The fig, Ficus Carica, is a deciduous tree that has its flowers within its green/brown or purple fruit. The fig plant prefers a warm dry climate and a sheltered position.
The fig tree will live for many years, and with some care, it will continue to bear fruit. The common fig does very well in the home garden, it is an ancient tree, and easy to propagate.
How to Care for a Fig Plant
The fig plant likes to be warm, so try to grow it in full sun and supply it with a high nitrogen fertilizer, this should be applied every 4 weeks over spring and summer.
Water your fig plant moderately, especially when it is setting fruit. The fig will not tolerate frosts very well, so if you have one in a pot, you will need to bring it inside in winter.
Alternatively, in a cold climate position the fig plant against a stone or brick wall to allow it to be sheltered and warm. The edible fig will need about 100 hours of cooler weather to fruit. Figs send out suckers and they should be trimmed off annually.
What Does Your Fig Plant Require?
The roots of the fig plant are close to the surface, once your tree is established you will need to mulch it regularly and water well during Summer. Eight hours of sun per day is required by most fruit trees.
The fig plant is not attacked by many pests, as it is fairly hardy. Many figs require a wasp, to pollinate the flowers through the small white eye at the end of the fruit, so don’t chase the wasps away as they are essential to your crop.
Remember figs flower on the inside, and in many cases, this is how it happens, weird but true. This is another reason not to use chemicals on your fig plant.
- Light requirements are full sun and a sheltered position.
- Temperature requirements, figs are subtropical and require a Mediterranean climate, hot summers, cool winters.
- Soil requirements, for fig plant in a raised bed or mound of prepared, rich soil, plenty of organic matter, and mulch, home-made compost.
- Humidity requirements, fig plant will grow in some humidity, but they don’t like wet feet, that is why planting in a mound is suggested.
- How to water, when setting fruit water well daily, and your fig can fruit twice a year with a heavier crop in later summer.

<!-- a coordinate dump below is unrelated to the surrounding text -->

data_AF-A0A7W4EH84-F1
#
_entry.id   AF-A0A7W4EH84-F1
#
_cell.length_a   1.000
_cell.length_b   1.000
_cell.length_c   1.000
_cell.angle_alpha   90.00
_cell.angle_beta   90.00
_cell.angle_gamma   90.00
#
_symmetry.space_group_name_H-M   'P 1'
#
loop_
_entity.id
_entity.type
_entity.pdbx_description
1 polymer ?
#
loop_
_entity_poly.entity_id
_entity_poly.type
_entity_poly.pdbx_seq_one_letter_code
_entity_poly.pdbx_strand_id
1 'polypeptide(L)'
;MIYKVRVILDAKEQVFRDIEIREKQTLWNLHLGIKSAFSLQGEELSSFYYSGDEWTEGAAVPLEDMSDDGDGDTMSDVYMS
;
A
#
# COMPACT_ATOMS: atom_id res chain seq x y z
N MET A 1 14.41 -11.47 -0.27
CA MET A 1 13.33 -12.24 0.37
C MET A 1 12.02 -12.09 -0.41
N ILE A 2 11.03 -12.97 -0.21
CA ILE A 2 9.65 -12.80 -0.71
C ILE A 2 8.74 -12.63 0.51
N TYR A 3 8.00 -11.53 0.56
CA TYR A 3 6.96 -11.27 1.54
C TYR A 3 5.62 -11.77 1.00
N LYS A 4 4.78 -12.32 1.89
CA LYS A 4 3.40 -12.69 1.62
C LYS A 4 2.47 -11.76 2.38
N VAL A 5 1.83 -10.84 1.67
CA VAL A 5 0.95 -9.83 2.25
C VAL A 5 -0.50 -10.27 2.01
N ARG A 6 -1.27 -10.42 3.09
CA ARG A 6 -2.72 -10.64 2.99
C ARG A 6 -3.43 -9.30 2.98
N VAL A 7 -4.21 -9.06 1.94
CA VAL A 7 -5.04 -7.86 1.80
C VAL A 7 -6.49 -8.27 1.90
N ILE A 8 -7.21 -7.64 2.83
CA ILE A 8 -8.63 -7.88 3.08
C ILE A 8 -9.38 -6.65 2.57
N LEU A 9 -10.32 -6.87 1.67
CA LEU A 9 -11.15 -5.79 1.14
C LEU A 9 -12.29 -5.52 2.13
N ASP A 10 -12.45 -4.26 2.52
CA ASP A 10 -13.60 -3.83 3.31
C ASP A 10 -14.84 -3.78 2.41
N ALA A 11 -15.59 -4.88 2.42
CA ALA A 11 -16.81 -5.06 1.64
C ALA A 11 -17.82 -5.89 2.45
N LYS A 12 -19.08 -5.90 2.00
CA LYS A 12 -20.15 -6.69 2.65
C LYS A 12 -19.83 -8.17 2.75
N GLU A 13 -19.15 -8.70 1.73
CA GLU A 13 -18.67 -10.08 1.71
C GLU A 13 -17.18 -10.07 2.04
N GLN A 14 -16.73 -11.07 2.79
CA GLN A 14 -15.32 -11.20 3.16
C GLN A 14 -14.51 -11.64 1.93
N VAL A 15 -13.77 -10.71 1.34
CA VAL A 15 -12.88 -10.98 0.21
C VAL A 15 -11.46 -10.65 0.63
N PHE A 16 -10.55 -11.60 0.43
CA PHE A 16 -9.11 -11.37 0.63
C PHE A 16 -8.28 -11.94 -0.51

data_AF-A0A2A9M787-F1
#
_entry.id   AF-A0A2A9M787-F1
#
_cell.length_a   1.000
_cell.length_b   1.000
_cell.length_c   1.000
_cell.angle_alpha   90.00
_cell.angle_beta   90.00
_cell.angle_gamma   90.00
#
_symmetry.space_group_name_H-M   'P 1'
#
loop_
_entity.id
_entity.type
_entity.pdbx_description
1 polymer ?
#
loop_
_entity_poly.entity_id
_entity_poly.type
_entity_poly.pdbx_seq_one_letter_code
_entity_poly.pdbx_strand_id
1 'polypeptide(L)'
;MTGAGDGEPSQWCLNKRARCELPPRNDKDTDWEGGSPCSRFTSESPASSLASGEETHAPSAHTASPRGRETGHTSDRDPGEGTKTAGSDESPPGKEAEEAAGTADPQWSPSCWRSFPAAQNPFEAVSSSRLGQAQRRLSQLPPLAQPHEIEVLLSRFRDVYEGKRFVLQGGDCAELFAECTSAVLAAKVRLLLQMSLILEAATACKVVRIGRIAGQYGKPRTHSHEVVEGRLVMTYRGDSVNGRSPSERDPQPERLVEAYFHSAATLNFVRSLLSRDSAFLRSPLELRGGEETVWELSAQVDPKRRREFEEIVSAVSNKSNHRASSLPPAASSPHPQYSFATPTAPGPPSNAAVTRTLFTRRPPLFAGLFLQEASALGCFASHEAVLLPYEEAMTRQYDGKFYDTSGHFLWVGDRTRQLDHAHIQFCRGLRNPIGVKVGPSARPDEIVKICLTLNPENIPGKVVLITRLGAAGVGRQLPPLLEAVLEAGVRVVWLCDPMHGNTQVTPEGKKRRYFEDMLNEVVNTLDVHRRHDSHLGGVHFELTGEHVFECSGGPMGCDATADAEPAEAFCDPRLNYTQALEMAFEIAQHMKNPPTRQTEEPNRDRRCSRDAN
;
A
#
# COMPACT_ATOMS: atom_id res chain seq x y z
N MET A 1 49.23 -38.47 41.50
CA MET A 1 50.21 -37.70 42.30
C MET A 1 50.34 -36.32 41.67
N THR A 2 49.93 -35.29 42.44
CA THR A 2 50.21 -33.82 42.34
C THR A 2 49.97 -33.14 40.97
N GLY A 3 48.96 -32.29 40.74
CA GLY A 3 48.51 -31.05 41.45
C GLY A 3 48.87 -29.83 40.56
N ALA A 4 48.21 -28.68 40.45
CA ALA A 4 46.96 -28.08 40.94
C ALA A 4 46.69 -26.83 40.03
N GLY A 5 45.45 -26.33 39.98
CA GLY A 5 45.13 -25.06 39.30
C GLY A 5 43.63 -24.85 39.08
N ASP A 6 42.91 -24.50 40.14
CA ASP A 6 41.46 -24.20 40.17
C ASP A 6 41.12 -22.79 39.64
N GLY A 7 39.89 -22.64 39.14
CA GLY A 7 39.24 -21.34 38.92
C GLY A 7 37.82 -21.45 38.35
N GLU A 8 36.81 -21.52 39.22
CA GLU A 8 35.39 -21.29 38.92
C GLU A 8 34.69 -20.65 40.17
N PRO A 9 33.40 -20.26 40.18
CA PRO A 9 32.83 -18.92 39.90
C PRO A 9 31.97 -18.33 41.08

- How to fertilize, fig plant requires a neutral PH, so select your fertilizer accordingly, and mulching is very important.
More Fig Information Pests, Pruning and Propagation
The fig plant is fairly hardy, and not a lot of diseases affect the tree, but there are a few things to watch out for.
Pests affecting Your Fig Plant
If you live on the coast, your fig plant may be affected by fig rust or Anthracnose. This is a fungal disease-producing powdery yellow spots.
Copper-based fungicides are used for this problem that is easily treated. Leaves turn yellow and fall off when rust is present.
Fruit Fly is a common pest in many areas, where the flies lay their eggs in ripening fruit causing it to rot. Fallen fruit should be picked up and disposed of to prevent further infection.
Simple pheromone traps are set to destroy male fruit flies, check the traps regularly.
Fig mosaic virus causes a mottling of the leaves, plants with this virus should be destroyed.
Pruning Your Fig Plant
The first fig crop of the season forms on last years wood, the fruit will usually form in the leaf axils, look at the new wood, and you will see it developing.
So pruning is not done very often and is fairly straightforward. Any dead branches or diseased wood should be removed.
A more mature fig plant may need heavier pruning to encourage new growth. Leave some old wood on your tree. as this is where your first crop of the season will come from.
Propagating Fig Plant
Fig plants are easy to propagate from a cutting, take a dormant hardwood cutting by taking 12″ pieces from the end of branches. This should be done in July in the Northern Hemisphere when everything is growing fast.
Plant the cuttings together in a pot containing a good potting mix, allowing the soil to cover the lower 4-6″. Keep the cuttings warm and water initially, and then don’t water for a few days, as we don’t want the roots to become waterlogged.
Warmth and humidity are factors in the success of your cutting, that is why you must do this in Summer or the cutting will not grow roots.
Because the hardwood cuttings are dormant, don’t worry too much about the quality of the light at the moment, as we are just focusing initially on getting root growth.
Rooting will take 3-4 weeks, and in some cases a bit longer when the roots are one to two inches and longer the cutting will be ready to be moved to its own pot to establish.
If you are going to plant the cutting directly into your garden ( not recommended), place a 2-liter water bottle with the bottom cut off over the cutting to shelter the cutting, and keep it warm.
When you see new growth appearing, you can remove this makeshift greenhouse.
Harvesting Your Fig Plant Crop
Once your figs appear ripe, they will be soft to the touch and smell sweet. Once you have removed them from the fig plant they will not continue to ripen, so it is important to be sure that they are ready.
When you remove them from the tree, put them carefully into your basket, as you don’t want to bruise them. When they are ripe, they are easily removed from the fig plant and you don’t have to tug them.
There are many ways to successfully grow fig plants and if your climate is a bit cool, try espaliering them along a stone wall.
Do this by erecting a stainless steel cable along the warmer side of the wall and plant your figs to climb along the length of it. This way you will be more likely to have a successful crop.
Photo by Marita Mones on Unsplash